This is not to say that there are not deep theological assumptions in folk thinking. One example of this I found in the Parish Magazine for Drumglass. In an article, the parish priest speaks of the grave of St. Brigid now maintained by the Church of Ireland.
"By 1875 the site had long been in the possession of the Church of Ireland and it was under the aegis of their Dr. Chaplain that the restoration took place... And a day will come too, not in my lifetime but perhaps in yours that the patrimony of B rigid will be reunited with the Church in whose service she spent her life."
What is of note here is the degree to which a fifth century saint is presumed to have taken sides at the time of the Reformation in the sixteenth century. The Church of Ireland has apparently ‘usurped’ St. Brigid’s own Church (R.C.) until the day of the return to the real Church. Such a statement carries with it very many assumptions which Protestants could not share about the nature of the reformation and the Church. Deep within such a statement is the notion of the Roman Catholic Church as the one true Church and other Churches as lesser. In such small examples we see the degree to which culture, religion, history all intertwine to give across an unwitting message about underlying assumptions between Churches.
"The Churches" are part of this development. The parish-congregational system means that Church boundaries reflect social barriers. The fact that the Church is an institution with a professional paid clergy servicing, in the first instance, the immediate desires of their parish people means that there is little knowledge of these differences beyond cursory glances or occasional prejudices. There are sound bureaucratic reasons why it makes sense to concentrate resources. The result is that parishes! congregations become ghettos. The Non-subscribing Presbyterians provide the counter-example to this. Their congregation in Walkerstown is nearly all resident elsewhere. The result is that they have little presence in Walkerstown, nor do they provide any focus for community life.
The implication is that ‘The Churches’ have no more idea about the reality of each other’s problems, lives, goals, dreams etc. than people not in Churches. It becomes inherently unreliable to ask any one person what "The Churches" are doing, because nobody knows. There are no mechanisms for congregations or parishes to share their experiences. The problem of hierarchy (in other words. that people in senior positions have little idea of what is happening on the ground) is now exacerbated by the variety of experiences between people on the ground. If each person makes their particular experience the paradigm for the general experience then only chaos can result. There is no sense that anyone accepts that they only know part of the story.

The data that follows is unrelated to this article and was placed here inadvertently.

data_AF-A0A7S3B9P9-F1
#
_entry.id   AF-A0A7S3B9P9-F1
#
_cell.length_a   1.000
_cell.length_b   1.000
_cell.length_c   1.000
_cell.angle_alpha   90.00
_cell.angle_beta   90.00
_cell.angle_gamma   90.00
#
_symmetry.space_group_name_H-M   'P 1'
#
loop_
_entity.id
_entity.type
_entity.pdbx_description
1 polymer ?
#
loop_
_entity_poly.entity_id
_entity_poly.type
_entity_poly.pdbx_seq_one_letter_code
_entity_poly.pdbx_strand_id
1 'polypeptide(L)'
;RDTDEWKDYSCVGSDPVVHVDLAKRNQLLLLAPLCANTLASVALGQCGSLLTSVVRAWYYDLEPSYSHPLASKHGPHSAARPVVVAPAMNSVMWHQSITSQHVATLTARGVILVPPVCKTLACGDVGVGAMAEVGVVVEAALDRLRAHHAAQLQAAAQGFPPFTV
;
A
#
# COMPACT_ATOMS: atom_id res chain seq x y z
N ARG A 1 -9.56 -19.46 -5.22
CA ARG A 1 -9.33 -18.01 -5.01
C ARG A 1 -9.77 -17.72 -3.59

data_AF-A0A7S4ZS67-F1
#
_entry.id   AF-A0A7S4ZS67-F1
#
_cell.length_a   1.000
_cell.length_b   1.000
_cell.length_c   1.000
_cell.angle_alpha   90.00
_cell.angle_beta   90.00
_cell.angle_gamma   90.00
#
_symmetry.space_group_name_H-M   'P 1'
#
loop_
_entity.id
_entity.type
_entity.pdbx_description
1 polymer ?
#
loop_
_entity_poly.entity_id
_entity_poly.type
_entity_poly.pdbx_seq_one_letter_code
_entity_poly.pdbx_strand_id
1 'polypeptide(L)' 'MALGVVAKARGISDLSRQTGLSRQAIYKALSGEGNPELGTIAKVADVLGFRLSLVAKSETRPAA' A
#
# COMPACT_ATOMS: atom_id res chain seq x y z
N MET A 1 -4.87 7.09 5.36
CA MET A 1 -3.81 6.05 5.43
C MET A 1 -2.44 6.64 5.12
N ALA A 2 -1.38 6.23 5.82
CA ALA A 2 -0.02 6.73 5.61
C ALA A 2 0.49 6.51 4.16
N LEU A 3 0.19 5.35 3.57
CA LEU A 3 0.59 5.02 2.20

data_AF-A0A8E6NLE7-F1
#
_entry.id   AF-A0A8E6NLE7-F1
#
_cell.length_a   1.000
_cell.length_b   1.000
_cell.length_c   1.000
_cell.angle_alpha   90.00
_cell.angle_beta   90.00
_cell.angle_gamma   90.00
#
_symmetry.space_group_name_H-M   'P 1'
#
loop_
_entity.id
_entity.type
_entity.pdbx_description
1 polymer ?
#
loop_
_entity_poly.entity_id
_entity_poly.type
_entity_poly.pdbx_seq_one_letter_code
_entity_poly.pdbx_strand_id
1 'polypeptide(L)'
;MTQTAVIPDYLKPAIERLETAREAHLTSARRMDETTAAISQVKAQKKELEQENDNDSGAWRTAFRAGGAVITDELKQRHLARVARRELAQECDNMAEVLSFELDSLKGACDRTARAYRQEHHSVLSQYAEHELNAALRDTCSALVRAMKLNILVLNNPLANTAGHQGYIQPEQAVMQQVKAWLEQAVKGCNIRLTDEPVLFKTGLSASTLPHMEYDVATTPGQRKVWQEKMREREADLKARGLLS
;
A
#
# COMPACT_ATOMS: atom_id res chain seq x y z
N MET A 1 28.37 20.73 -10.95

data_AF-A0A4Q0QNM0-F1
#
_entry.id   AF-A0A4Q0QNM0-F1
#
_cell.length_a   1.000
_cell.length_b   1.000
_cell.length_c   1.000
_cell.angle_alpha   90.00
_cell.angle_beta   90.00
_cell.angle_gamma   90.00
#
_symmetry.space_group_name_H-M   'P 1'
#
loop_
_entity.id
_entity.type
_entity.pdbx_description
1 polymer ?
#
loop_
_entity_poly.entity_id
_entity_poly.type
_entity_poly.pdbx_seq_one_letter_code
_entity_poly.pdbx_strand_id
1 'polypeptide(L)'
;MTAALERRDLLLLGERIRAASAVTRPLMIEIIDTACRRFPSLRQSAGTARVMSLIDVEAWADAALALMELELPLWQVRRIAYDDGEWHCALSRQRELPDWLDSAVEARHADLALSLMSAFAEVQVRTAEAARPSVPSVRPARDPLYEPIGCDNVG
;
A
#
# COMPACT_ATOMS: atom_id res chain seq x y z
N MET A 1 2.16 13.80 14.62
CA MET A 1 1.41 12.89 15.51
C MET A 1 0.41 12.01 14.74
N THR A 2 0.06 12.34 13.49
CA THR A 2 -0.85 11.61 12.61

The rural parish which transcended class divisions (see Ballytorlar) is not repeated in the urban setting. Instead Churches become places which reflect rather than transcend divisions of every sort. The extra pressure of physical violence means that people rather than being concerned with transcending division are now faced with ministering to increasing problems in their own patch. Faced with whole areas in which all parishioners share the same experiences of violence means that it becomes for each parish a universal experience. In other words: In Drumglass everybody shares the view that violence is unemployment, discrimination harassment, and vandalism. In Protestant Walkerstown violence is bombs at the RUC station, car-theft, increasing crime and the IRA. In Rathcrone violence is unemployment, the IRA and local paramilitaries. The problems of inward-looking obsession are made worse by violence between people and the estate, e.g. joyriding. In a parish, the clergy need to be very strong not to share the same view of what violence is. Confronted daily with mounting evidence of that violence, the Church professionals come to reflect the attitudes of the Church members. If they stand out against their parishes, it may be impossible for them to continue as clergy. It is easier to be a liberal Church where there is no violence.